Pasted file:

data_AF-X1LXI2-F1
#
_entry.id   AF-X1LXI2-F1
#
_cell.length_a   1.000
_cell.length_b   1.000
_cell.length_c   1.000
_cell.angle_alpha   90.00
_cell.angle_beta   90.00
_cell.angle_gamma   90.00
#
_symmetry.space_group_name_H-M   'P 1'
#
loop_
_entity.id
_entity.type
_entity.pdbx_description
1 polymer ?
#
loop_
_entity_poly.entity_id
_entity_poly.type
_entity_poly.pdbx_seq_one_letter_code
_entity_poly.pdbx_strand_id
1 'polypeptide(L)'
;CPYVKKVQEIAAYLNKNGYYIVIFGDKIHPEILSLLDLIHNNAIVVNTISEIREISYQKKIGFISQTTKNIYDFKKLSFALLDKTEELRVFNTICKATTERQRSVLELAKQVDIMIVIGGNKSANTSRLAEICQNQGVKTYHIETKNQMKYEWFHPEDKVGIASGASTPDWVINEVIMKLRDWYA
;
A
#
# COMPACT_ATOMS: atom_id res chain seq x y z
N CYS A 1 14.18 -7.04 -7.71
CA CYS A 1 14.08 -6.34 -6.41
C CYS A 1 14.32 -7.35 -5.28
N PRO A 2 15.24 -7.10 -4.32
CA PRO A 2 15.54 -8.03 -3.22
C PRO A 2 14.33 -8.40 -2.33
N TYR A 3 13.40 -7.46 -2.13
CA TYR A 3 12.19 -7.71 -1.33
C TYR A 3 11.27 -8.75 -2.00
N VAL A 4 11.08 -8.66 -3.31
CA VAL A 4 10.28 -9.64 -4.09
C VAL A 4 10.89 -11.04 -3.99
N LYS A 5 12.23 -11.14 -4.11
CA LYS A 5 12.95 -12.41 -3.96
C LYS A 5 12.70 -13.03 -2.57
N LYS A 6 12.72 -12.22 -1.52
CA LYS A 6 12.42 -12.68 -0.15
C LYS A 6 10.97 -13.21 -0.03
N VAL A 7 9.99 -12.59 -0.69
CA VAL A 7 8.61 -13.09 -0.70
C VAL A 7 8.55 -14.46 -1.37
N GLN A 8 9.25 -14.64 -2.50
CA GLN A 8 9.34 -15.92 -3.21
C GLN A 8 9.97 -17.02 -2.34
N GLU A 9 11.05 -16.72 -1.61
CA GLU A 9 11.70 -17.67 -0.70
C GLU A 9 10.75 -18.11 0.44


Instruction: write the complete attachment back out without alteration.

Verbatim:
data_AF-X1LXI2-F1
#
_entry.id   AF-X1LXI2-F1
#
_cell.length_a   1.000
_cell.length_b   1.000
_cell.length_c   1.000
_cell.angle_alpha   90.00
_cell.angle_beta   90.00
_cell.angle_gamma   90.00
#
_symmetry.space_group_name_H-M   'P 1'
#
loop_
_entity.id
_entity.type
_entity.pdbx_description
1 polymer ?
#
loop_
_entity_poly.entity_id
_entity_poly.type
_entity_poly.pdbx_seq_one_letter_code
_entity_poly.pdbx_strand_id
1 'polypeptide(L)'
;CPYVKKVQEIAAYLNKNGYYIVIFGDKIHPEILSLLDLIHNNAIVVNTISEIREISYQKKIGFISQTTKNIYDFKKLSFALLDKTEELRVFNTICKATTERQRSVLELAKQVDIMIVIGGNKSANTSRLAEICQNQGVKTYHIETKNQMKYEWFHPEDKVGIASGASTPDWVINEVIMKLRDWYA
;
A
#
# COMPACT_ATOMS: atom_id res chain seq x y z
N CYS A 1 14.18 -7.04 -7.71
CA CYS A 1 14.08 -6.34 -6.41
C CYS A 1 14.32 -7.35 -5.28
N PRO A 2 15.24 -7.10 -4.32
CA PRO A 2 15.54 -8.03 -3.22
C PRO A 2 14.33 -8.40 -2.33
N TYR A 3 13.40 -7.46 -2.13
CA TYR A 3 12.19 -7.71 -1.33
C TYR A 3 11.27 -8.75 -2.00
N VAL A 4 11.08 -8.66 -3.31
CA VAL A 4 10.28 -9.64 -4.09
C VAL A 4 10.89 -11.04 -3.99
N LYS A 5 12.23 -11.14 -4.11
CA LYS A 5 12.95 -12.41 -3.96
C LYS A 5 12.70 -13.03 -2.57
N LYS A 6 12.72 -12.22 -1.52
CA LYS A 6 12.42 -12.68 -0.15
C LYS A 6 10.97 -13.21 -0.03
N VAL A 7 9.99 -12.59 -0.69
CA VAL A 7 8.61 -13.09 -0.70
C VAL A 7 8.55 -14.46 -1.37
N GLN A 8 9.25 -14.64 -2.50
CA GLN A 8 9.34 -15.92 -3.21
C GLN A 8 9.97 -17.02 -2.34
N GLU A 9 11.05 -16.72 -1.61
CA GLU A 9 11.70 -17.67 -0.70
C GLU A 9 10.75 -18.11 0.44